The other replicant is Roy Baty (Rutger Hauer)—the escaped replicants’ self-appointed ringleader and the closest thing the movie offers to a nemesis. With his nimbus of silver hair and burning Klaus Kinski-like eyes, he embodies Kahlil Gibran’s line in The Prophet: “What is evil but good tortured by its own hunger and thirst?” Evil expresses itself through him as nothing more than the frustrated will to live. Despite having Sebastian lead him directly to Tyrell, his maker, he finds that his god can offer him nothing but regret. “A coding system cannot be revised once established,” Tyrell recites coolly like he’s lecturing a class; this in response to Roy cornering him and snarling “I want more life, ‘Father’.” He has been made as well as could be made—“but not to last,” as Roy quips back. What’s worse: not knowing how long you’ve got, or knowing and realizing what you have is almost nothing at all?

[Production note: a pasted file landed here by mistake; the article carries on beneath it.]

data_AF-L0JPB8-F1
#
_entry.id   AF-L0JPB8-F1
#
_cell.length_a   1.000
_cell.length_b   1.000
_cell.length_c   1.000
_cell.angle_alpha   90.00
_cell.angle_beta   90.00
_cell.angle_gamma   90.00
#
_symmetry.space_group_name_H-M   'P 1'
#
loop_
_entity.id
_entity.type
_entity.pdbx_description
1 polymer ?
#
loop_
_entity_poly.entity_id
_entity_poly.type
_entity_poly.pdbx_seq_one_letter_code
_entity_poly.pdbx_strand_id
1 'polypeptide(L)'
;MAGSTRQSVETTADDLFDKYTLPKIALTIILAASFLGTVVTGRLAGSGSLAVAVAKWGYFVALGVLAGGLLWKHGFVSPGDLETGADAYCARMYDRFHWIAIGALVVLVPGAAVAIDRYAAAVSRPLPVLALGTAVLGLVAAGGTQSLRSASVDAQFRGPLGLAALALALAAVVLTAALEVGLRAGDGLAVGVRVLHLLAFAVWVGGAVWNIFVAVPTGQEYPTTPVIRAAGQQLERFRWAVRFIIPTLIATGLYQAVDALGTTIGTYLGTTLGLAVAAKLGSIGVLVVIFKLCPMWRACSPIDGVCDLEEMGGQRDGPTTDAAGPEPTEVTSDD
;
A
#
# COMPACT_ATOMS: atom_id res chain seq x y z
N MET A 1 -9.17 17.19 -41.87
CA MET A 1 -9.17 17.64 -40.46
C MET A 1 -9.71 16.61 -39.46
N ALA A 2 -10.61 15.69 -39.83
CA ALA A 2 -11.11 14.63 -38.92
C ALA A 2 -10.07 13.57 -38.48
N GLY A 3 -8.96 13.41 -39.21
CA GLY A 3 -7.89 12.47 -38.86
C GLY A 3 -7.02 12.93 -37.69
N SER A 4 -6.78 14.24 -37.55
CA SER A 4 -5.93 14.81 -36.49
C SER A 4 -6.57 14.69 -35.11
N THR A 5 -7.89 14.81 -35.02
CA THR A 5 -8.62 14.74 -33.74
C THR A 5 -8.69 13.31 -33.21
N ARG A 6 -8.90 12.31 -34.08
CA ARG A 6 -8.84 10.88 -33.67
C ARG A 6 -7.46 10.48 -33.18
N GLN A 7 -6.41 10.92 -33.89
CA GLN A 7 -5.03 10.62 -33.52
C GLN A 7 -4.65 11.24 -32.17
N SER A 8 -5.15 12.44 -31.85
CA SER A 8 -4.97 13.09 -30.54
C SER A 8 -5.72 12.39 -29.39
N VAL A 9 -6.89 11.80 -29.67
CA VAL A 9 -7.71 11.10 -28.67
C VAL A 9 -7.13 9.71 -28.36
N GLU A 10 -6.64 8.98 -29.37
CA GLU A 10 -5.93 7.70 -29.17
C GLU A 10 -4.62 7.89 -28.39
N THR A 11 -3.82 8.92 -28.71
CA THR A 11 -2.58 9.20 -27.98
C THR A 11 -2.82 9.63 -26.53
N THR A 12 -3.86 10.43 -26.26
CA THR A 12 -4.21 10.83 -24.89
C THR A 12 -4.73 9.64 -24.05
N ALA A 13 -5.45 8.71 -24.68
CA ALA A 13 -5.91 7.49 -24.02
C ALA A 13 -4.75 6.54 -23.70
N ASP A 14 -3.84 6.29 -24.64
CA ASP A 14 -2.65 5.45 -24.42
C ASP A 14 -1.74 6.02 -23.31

The same quandary plays itself out between Deckard and Rachael as well. After tracking down and “retiring” Zhora (Joanna Cassidy), another of the escapees and an attractive woman to boot, Deckard’s nearly mauled to death by Leon. The way Leon goggles at Zhora’s body from the fringes of the scene is a nice suggestion of how he might well have been as close to her as Roy and Pris have been. And this time it’s Rachael whose actions are pivotal: she picks up Deckard’s gun and shoots Leon in the face right before the former has his skull crushed. It’s not the way Deckard expected to get that much closer to her, but he’ll take whatever he can get, even if she might as well be using his sympathy to milk him for that much more information about her lifespan and memory implants. Then there comes that scene where she takes down her hair and plays Deckard’s piano “beautifully”, his words—irony, that, since her knowing how to play is ostensibly also synthetic. And then there’s the infamous love scene that borders on rape (“Say ‘kiss me’,” Deckard demands of her), which many people have not applauded but which does make it clear that Deckard’s as emotionally stunted as the man-machines he’s after.